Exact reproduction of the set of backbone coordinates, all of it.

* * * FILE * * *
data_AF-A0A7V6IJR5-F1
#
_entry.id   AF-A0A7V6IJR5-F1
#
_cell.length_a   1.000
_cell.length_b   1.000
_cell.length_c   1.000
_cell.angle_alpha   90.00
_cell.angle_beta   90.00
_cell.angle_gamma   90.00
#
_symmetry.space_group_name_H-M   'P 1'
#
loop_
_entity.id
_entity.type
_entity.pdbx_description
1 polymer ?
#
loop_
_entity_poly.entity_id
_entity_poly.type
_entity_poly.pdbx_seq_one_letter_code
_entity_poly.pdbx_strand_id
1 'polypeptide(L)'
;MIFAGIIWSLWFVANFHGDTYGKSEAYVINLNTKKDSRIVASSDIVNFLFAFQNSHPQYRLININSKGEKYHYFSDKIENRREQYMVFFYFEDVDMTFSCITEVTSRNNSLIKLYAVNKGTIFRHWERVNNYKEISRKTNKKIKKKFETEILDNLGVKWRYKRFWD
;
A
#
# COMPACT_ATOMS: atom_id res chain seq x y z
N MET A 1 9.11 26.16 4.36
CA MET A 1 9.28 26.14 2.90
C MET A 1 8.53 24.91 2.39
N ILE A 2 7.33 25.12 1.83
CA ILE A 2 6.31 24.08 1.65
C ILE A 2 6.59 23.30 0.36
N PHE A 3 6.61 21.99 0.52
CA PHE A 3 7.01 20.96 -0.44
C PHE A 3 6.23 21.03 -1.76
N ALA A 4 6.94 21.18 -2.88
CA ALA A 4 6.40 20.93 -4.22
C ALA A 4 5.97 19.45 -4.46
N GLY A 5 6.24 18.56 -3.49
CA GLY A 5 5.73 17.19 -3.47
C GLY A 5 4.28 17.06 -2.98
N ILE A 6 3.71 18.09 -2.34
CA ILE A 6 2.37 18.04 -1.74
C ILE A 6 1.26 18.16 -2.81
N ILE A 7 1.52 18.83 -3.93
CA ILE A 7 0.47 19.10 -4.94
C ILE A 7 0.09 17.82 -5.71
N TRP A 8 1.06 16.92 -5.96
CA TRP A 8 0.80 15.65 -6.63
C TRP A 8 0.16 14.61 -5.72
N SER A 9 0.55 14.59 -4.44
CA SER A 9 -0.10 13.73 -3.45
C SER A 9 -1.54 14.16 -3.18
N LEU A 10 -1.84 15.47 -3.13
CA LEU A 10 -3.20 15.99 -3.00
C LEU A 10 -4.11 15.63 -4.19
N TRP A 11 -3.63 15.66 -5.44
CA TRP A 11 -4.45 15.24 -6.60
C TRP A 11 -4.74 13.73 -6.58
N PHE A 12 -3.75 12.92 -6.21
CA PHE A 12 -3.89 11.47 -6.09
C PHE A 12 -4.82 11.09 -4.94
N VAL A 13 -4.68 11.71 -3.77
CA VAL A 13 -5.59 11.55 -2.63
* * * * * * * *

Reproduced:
data_AF-A0A7V6IJR5-F1
#
_entry.id   AF-A0A7V6IJR5-F1
#
_cell.length_a   1.000
_cell.length_b   1.000
_cell.length_c   1.000
_cell.angle_alpha   90.00
_cell.angle_beta   90.00
_cell.angle_gamma   90.00
#
_symmetry.space_group_name_H-M   'P 1'
#
loop_
_entity.id
_entity.type
_entity.pdbx_description
1 polymer ?
#
loop_
_entity_poly.entity_id
_entity_poly.type
_entity_poly.pdbx_seq_one_letter_code
_entity_poly.pdbx_strand_id
1 'polypeptide(L)'
;MIFAGIIWSLWFVANFHGDTYGKSEAYVINLNTKKDSRIVASSDIVNFLFAFQNSHPQYRLININSKGEKYHYFSDKIENRREQYMVFFYFEDVDMTFSCITEVTSRNNSLIKLYAVNKGTIFRHWERVNNYKEISRKTNKKIKKKFETEILDNLGVKWRYKRFWD
;
A
#
# COMPACT_ATOMS: atom_id res chain seq x y z
N MET A 1 9.11 26.16 4.36
CA MET A 1 9.28 26.14 2.90
C MET A 1 8.53 24.91 2.39
N ILE A 2 7.33 25.12 1.83
CA ILE A 2 6.31 24.08 1.65
C ILE A 2 6.59 23.30 0.36
N PHE A 3 6.61 21.99 0.52
CA PHE A 3 7.01 20.96 -0.44
C PHE A 3 6.23 21.03 -1.76
N ALA A 4 6.94 21.18 -2.88
CA ALA A 4 6.40 20.93 -4.22
C ALA A 4 5.97 19.45 -4.46
N GLY A 5 6.24 18.56 -3.49
CA GLY A 5 5.73 17.19 -3.47
C GLY A 5 4.28 17.06 -2.98
N ILE A 6 3.71 18.09 -2.34
CA ILE A 6 2.37 18.04 -1.74
C ILE A 6 1.26 18.16 -2.81
N ILE A 7 1.52 18.83 -3.93
CA ILE A 7 0.47 19.10 -4.94
C ILE A 7 0.09 17.82 -5.71
N TRP A 8 1.06 16.92 -5.96
CA TRP A 8 0.80 15.65 -6.63
C TRP A 8 0.16 14.61 -5.72
N SER A 9 0.55 14.59 -4.44
CA SER A 9 -0.10 13.73 -3.45
C SER A 9 -1.54 14.16 -3.18
N LEU A 10 -1.84 15.47 -3.13
CA LEU A 10 -3.20 15.99 -3.00
C LEU A 10 -4.11 15.63 -4.19
N TRP A 11 -3.63 15.66 -5.44
CA TRP A 11 -4.45 15.24 -6.60
C TRP A 11 -4.74 13.73 -6.58
N PHE A 12 -3.75 12.92 -6.21
CA PHE A 12 -3.89 11.47 -6.09
C PHE A 12 -4.82 11.09 -4.94
N VAL A 13 -4.68 11.71 -3.77
CA VAL A 13 -5.59 11.55 -2.63